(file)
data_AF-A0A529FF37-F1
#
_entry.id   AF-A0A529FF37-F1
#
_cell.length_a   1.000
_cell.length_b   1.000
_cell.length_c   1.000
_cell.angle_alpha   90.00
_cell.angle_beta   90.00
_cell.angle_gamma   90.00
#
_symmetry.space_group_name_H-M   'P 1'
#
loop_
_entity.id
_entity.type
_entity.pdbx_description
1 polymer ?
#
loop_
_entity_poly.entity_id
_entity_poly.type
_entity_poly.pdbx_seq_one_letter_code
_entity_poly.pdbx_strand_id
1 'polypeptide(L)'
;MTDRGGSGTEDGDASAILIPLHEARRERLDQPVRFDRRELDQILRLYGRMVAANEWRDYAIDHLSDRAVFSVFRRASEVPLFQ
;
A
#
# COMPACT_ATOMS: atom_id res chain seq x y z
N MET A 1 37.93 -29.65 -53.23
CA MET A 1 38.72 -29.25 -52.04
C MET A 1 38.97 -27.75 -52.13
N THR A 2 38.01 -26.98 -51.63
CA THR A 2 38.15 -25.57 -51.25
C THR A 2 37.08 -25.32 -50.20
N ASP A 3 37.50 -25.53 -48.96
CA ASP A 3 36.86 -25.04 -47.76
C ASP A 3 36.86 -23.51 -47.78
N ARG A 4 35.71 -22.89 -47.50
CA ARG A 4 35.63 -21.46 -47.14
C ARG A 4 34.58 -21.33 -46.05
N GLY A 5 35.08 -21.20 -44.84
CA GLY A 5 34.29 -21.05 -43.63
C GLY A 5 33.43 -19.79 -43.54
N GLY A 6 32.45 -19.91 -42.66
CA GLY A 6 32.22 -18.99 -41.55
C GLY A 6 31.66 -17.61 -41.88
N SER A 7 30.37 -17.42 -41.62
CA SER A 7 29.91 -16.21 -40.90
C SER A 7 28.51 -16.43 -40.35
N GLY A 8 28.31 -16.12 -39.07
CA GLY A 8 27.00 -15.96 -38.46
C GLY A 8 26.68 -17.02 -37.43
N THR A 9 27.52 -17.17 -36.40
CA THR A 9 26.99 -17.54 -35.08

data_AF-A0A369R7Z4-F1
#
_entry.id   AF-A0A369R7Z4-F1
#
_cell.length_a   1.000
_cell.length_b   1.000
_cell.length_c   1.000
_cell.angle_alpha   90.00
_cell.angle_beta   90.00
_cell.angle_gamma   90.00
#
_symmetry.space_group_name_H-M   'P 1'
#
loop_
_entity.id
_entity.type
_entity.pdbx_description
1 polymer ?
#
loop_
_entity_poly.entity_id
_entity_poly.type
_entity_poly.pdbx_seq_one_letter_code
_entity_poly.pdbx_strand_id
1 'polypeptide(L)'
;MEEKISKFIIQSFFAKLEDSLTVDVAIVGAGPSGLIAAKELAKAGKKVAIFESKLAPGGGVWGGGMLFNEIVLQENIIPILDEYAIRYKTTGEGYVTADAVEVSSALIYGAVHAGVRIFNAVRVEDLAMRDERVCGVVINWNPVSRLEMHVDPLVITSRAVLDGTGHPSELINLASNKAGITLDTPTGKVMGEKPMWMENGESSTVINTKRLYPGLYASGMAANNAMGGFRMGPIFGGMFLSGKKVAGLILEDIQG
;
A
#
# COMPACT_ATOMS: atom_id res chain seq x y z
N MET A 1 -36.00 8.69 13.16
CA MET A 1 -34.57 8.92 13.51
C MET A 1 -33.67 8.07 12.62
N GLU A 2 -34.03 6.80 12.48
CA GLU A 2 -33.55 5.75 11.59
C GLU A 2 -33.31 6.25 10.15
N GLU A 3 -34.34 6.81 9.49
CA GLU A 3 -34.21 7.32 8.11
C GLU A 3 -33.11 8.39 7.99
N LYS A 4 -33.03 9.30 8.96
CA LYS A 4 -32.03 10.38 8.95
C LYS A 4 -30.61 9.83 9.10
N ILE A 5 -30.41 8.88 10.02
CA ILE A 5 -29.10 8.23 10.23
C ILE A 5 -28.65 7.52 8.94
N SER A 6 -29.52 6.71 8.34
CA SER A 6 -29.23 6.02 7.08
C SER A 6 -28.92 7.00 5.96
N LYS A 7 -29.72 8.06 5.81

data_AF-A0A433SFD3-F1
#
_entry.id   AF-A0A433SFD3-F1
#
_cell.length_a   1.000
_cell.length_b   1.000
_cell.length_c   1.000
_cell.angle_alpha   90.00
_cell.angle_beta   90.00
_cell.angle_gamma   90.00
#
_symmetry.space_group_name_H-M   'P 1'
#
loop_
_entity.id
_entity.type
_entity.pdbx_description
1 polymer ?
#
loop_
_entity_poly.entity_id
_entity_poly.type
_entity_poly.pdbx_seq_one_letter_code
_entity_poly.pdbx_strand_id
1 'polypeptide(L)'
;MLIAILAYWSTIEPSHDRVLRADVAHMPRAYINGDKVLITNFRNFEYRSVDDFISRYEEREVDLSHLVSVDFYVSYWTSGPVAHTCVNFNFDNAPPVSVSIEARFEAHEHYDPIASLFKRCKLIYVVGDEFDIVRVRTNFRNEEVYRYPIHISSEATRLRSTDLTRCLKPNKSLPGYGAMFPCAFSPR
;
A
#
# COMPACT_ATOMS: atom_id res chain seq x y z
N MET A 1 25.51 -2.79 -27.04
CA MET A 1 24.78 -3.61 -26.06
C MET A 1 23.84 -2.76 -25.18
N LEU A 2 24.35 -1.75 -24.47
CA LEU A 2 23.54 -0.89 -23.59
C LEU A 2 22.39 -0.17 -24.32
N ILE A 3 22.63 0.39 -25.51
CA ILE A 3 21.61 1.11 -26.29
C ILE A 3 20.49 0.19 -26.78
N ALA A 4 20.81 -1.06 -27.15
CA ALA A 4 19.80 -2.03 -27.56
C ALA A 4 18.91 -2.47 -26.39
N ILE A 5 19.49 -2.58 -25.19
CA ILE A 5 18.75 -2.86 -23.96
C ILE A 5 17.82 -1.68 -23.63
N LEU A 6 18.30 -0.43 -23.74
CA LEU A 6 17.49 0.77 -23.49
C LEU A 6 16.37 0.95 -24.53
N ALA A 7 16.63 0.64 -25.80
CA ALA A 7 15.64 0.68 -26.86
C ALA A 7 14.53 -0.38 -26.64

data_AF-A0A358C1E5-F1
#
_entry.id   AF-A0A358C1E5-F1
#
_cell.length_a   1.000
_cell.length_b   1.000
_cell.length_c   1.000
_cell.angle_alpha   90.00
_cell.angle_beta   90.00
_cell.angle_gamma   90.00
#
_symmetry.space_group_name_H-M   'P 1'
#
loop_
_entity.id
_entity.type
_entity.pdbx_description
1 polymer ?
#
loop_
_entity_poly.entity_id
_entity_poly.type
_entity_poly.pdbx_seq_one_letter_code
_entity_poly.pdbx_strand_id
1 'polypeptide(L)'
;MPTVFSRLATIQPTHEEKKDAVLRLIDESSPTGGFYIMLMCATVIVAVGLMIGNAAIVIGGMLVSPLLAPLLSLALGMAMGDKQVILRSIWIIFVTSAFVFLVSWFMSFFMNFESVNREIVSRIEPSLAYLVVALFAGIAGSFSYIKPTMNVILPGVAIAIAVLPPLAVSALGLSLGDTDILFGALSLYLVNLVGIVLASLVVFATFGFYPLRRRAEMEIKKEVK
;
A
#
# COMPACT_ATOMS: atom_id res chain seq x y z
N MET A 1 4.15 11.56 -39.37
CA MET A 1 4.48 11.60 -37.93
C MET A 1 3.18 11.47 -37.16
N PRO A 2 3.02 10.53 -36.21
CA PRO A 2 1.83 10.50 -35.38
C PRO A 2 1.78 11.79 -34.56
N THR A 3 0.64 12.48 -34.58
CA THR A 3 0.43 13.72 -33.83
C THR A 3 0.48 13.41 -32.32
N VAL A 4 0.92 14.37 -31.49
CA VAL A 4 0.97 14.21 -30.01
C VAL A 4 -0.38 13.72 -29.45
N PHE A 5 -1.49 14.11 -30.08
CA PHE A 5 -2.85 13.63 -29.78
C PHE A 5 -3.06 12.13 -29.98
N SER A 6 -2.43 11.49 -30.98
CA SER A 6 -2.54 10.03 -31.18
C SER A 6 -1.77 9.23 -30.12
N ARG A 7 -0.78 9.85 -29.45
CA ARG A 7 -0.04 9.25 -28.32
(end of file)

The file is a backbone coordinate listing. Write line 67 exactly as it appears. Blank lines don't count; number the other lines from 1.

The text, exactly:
#